TrueHoop: Paul Allen
After a weekend of reports that the front office was in dire straits, due to with infighting and intrigue that might cost GM Kevin Pritchard his job, the Blazers announced that their president and general manager would meet the media together.
From what I had heard, it seemed like the situation was untenable. The only convincing "cure" I could imagine was some kind of press conference where a collection of bigwigs (owner Paul Allen, president Larry Miller, Pritchard and the like) announced that Pritchard was sticking around, they'd resolve their differences, and maybe, for good measure, they were going to give Pritchard an extension beyond the remaining -- likely undermarket -- year plus a team option he has now.
But then they met the media, and really ... just ... didn't do that.
Instead there was just kind of a sad rehash of what we already knew, and vague talk about how things weren't as bad as they seemed, and Pritchard hoped to stay.
And to the long list of questions everybody already had, a new one appeared: How on earth could the president, Miller, attend this press conference alongside Pritchard, and yet offer zip, zero, zilch as a promise that Pritchard would be around beyond the end of the season? It's almost like a code that, in sports, executives talk about their coaches and GMs in the most glowing terms at all times (at least until they fire them and usually beyond).
If the intent of the meeting was to calm the fears of Blazer fans, the effect was the exactly the opposite.
Over the last few days, and based on a number of conversations, I've come to understand a new wrinkle in what happened there.
Yes, that press event was probably a mistake. Yes, things are tenuous, and the Blazers have done little to refute that impression.
But I no longer believe that Larry Miller's reticence to commit publicly to Pritchard was quite the slap that it appeared to be. Instead, consider the possibility that it was the truth.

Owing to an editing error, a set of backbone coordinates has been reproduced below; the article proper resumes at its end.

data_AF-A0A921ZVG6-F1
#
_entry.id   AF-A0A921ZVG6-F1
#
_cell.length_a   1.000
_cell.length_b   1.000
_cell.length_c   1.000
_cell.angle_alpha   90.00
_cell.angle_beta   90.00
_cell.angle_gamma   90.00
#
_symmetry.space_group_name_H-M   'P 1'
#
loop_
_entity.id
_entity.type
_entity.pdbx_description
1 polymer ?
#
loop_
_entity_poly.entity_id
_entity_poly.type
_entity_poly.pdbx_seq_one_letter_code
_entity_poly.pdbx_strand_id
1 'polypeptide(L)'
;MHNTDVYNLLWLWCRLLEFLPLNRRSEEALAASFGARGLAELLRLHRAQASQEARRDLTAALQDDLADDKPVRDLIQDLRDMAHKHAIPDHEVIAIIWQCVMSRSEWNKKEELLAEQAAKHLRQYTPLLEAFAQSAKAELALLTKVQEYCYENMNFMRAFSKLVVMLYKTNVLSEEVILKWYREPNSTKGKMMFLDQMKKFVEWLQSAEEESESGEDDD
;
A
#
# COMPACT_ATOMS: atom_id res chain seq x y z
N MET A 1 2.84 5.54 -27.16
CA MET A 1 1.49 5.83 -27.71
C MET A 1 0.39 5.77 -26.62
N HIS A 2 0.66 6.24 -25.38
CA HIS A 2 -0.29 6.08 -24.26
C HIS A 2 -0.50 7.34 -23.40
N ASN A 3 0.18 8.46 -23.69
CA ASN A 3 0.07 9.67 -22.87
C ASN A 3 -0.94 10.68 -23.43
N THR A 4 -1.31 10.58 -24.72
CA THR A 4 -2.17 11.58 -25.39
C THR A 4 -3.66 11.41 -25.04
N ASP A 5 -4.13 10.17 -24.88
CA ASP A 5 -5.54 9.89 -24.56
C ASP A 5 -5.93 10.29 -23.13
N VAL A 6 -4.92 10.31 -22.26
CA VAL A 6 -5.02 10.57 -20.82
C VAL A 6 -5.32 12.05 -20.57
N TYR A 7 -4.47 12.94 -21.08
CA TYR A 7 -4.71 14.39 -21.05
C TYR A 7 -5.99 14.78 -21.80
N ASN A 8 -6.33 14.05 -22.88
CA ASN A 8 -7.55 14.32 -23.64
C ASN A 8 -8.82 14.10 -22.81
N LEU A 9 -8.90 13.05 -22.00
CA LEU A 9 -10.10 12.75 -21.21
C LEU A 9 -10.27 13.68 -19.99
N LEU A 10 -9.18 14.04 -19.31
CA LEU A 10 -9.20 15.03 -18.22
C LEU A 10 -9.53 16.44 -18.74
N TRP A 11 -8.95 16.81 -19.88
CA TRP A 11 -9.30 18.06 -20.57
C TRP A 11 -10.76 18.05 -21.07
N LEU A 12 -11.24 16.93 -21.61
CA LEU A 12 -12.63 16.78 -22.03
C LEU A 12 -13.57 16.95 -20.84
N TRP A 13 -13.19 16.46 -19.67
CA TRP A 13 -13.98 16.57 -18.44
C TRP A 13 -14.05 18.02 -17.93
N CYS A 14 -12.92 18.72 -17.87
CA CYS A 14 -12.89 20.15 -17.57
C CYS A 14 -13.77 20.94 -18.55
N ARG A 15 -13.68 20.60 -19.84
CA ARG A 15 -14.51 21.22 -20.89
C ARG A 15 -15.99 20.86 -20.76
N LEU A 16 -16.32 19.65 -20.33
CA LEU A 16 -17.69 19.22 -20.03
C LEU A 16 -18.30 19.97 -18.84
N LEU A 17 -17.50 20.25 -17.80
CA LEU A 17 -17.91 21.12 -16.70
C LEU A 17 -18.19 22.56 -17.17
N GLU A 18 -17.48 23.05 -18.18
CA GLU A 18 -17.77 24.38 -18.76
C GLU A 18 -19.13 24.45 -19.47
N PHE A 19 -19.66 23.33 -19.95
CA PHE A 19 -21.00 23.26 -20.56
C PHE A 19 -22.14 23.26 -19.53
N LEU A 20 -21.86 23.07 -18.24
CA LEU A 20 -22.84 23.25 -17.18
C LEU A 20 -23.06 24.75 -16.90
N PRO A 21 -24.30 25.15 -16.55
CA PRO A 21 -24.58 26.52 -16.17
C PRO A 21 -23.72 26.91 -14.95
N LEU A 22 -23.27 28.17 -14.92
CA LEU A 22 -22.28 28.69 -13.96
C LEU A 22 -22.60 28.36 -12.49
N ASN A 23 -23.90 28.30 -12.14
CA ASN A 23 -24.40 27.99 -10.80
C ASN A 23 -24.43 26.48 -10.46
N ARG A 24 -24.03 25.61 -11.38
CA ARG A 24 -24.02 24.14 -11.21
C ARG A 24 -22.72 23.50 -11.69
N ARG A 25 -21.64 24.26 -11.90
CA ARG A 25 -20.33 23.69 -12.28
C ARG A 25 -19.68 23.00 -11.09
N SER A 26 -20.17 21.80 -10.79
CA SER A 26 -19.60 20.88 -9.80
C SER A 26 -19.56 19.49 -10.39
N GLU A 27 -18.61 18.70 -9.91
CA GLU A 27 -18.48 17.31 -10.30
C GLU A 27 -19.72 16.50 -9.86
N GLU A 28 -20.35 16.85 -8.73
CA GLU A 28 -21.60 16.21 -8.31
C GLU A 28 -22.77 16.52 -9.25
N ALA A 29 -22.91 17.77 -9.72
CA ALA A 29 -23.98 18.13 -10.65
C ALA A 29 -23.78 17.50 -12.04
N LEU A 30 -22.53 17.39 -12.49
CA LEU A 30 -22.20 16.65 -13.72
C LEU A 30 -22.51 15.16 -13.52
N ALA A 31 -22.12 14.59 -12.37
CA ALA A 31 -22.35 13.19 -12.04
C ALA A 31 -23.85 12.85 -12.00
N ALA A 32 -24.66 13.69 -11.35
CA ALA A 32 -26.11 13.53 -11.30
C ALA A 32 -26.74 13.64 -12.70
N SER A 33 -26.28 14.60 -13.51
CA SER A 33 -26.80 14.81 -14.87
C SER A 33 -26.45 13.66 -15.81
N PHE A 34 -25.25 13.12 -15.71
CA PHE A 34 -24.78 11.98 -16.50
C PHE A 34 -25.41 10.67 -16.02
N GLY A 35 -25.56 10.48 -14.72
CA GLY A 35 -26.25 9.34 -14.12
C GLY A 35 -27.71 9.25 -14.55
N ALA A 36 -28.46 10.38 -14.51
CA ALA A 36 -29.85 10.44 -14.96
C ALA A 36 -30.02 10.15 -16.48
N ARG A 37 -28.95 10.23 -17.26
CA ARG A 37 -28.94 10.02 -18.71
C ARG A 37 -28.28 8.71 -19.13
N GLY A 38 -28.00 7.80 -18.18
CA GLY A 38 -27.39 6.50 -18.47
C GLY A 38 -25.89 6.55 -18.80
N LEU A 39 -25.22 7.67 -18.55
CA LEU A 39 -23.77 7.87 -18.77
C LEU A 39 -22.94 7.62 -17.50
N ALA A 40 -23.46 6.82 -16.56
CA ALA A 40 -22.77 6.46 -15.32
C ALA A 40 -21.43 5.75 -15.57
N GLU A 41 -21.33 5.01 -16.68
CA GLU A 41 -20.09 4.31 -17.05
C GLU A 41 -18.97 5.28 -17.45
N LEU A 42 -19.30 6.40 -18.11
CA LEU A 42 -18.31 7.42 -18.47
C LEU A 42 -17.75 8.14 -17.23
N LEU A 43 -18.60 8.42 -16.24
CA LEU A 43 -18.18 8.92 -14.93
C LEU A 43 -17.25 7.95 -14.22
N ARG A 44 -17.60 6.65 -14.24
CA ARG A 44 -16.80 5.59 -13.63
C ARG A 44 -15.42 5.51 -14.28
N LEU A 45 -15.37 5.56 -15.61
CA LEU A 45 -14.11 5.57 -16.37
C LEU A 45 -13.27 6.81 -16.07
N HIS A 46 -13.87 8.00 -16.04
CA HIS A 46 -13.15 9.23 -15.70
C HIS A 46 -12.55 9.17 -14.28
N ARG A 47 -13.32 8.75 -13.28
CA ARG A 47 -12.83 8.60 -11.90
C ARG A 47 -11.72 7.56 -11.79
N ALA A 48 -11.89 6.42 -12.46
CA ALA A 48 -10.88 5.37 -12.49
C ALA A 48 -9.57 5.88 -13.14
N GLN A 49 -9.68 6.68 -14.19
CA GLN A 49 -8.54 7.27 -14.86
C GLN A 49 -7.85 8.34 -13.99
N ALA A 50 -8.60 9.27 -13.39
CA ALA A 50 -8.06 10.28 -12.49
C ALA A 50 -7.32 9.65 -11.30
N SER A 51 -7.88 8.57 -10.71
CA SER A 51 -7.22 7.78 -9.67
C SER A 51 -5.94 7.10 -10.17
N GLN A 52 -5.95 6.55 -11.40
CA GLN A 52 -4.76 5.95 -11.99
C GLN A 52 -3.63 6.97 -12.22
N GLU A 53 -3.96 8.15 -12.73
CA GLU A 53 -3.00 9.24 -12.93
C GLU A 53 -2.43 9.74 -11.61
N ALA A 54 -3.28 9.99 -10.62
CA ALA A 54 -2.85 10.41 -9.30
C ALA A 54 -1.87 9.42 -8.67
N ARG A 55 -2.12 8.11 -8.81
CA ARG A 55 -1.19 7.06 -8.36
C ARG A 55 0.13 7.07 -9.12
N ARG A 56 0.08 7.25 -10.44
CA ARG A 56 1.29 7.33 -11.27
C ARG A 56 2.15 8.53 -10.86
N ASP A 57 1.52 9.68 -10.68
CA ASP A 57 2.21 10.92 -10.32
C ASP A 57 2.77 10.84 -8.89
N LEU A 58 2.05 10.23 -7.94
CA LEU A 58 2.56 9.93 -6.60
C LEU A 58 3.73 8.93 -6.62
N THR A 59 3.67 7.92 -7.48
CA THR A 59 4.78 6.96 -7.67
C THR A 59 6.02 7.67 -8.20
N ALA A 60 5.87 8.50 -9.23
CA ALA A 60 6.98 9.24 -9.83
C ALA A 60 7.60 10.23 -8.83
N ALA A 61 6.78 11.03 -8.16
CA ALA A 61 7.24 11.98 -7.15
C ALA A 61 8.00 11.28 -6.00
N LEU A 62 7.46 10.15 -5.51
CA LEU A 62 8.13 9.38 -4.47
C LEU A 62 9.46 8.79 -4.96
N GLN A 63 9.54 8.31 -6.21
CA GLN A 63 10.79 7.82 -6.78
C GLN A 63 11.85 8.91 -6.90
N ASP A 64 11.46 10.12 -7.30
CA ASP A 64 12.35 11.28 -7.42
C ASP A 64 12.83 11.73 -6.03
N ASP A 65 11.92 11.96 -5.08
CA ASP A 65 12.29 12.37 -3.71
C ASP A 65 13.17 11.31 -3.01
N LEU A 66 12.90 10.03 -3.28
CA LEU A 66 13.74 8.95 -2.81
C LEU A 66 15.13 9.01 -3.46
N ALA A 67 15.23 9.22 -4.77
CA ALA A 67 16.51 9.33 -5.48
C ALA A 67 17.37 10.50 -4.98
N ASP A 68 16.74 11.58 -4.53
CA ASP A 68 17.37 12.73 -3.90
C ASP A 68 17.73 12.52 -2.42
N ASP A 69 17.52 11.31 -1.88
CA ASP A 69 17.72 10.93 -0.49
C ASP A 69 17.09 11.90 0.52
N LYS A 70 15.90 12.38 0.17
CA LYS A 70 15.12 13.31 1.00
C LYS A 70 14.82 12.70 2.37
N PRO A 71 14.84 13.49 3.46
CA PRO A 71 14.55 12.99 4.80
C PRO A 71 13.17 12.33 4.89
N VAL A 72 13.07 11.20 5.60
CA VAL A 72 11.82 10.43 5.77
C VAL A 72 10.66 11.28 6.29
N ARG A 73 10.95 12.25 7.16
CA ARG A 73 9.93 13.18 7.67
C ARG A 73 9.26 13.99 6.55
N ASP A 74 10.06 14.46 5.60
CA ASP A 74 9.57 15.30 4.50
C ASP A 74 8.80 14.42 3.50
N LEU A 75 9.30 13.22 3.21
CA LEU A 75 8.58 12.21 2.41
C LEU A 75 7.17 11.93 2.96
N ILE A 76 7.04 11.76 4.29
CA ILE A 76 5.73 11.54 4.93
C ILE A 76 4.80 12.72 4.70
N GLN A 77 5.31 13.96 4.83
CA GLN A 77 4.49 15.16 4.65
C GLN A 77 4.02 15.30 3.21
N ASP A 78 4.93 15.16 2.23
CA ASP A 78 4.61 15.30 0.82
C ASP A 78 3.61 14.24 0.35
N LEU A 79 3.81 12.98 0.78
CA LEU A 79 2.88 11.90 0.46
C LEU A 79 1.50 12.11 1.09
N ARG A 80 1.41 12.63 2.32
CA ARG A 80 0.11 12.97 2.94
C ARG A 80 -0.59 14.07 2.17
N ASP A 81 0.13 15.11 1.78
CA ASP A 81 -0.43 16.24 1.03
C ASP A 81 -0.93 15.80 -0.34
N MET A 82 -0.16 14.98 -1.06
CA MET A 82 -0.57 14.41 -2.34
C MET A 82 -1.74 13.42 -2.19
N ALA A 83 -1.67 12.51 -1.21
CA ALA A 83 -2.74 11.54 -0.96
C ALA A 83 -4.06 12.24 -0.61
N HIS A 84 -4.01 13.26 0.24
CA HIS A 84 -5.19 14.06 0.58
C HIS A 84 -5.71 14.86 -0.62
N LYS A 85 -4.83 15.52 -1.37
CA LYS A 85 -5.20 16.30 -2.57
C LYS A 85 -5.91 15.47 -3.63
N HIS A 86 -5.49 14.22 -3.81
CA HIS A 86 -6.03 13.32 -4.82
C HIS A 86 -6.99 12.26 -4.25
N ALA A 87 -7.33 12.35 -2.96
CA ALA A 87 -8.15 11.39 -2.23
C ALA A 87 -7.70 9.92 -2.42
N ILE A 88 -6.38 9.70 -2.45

Here's what he actually said:
The reality is the way this organization has worked is you kind of, you get to the end of the season and you evaluate what has gone on. We're going to take that same approach going in to this. And that's not just for Kevin. That's for me and all the major decisions that need to be made.
And here's what I have come to believe that means: No opinion here matters other than Paul Allen's.
There are accounts of these kinds of reviews -- executives getting hauled in for very tough questioning -- at many of Allen's businesses, including the Seahawks. The deep review is part of his game. (When the Seahawks fired coach Jim Mora recently, they did so after "an extensive internal audit.") It's something Allen has a track record of liking to do, and it's one of the ways he puts his imprint on the organization. And if ever there were a year for such a review in Portland, this would be it. So, expect a serious brand of questioning, after the season, from the owner. And expect that to play a big role in who runs the team in the future.
Now, put yourself in the shoes of Larry Miller or anybody else who works for Paul Allen. Blazer fans are irate and confused. Miller serves at the behest of Allen. He can't really be considered a good employee if he goes out there and says that "nobody knows what the owner is going to do!" That would be like building a neon sign, directing fans to send their ire directly to Allen. Meanwhile, it's his part of his job to insulate Allen from some of that. So he wisely didn't sell his owner down the river. Instead, he said what he could say: That there would be a review this summer.
Assuming Pritchard doesn't resign in the interim -- at this point, many think he could get a different job where he'd be happier -- that review will likely be the next important step in this process, because that's when the voice that matters most will enter the conversation.
For Blazer fans, and for NBA fans everywhere to a lesser degree, Paul Allen's money has long been a magic bullet.